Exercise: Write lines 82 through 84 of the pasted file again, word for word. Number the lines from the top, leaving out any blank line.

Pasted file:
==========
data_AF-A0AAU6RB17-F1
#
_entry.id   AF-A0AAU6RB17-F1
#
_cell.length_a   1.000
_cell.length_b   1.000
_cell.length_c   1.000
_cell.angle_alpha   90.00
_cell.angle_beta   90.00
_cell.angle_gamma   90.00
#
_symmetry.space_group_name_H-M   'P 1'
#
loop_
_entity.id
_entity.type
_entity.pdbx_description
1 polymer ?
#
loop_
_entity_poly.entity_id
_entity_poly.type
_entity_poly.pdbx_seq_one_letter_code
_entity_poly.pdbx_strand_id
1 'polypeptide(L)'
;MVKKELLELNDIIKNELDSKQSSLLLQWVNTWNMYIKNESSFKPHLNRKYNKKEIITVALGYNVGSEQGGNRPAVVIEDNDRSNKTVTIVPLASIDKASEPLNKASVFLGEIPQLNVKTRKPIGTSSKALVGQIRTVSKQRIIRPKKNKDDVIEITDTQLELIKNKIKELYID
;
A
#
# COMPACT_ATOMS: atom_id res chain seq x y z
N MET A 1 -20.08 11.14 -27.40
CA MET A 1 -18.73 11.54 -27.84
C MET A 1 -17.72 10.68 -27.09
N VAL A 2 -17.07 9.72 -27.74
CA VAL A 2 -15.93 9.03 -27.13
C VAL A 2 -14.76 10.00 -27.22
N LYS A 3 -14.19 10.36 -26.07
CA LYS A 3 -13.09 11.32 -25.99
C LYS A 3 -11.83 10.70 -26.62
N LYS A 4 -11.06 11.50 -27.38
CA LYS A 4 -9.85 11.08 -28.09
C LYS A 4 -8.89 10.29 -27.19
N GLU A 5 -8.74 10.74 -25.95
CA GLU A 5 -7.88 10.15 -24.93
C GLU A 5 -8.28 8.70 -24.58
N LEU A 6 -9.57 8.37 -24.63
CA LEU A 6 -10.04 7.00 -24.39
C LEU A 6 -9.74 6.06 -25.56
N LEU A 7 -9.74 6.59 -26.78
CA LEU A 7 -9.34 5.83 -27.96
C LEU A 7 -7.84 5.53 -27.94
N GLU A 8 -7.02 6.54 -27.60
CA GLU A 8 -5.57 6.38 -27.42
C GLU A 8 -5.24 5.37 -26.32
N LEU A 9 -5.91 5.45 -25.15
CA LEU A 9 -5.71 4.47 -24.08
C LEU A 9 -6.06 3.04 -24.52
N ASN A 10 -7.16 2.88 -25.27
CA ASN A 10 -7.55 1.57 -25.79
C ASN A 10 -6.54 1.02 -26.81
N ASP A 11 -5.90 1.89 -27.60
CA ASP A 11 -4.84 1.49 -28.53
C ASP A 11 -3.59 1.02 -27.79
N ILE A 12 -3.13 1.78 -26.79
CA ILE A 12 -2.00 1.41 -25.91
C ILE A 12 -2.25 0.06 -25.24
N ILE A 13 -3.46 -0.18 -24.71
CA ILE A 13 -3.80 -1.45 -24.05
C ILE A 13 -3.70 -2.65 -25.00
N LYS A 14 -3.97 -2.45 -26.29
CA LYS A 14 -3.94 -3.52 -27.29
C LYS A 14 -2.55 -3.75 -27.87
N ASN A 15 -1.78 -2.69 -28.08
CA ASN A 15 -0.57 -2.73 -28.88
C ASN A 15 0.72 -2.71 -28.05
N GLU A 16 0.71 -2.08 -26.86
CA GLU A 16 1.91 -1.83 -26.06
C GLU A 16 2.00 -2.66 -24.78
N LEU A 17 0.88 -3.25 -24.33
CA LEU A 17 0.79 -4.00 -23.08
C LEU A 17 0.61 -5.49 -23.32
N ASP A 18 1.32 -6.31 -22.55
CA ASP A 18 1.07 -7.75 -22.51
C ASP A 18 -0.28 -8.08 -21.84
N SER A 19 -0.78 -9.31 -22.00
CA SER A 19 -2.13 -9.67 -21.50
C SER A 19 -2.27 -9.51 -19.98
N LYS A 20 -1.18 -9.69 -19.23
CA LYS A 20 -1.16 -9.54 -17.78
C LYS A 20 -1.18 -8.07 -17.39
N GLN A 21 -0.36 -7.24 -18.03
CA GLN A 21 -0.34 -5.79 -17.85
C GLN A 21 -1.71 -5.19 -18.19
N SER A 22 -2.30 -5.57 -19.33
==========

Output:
N ASP A 18 1.32 -6.31 -22.55
CA ASP A 18 1.07 -7.75 -22.51
C ASP A 18 -0.28 -8.08 -21.84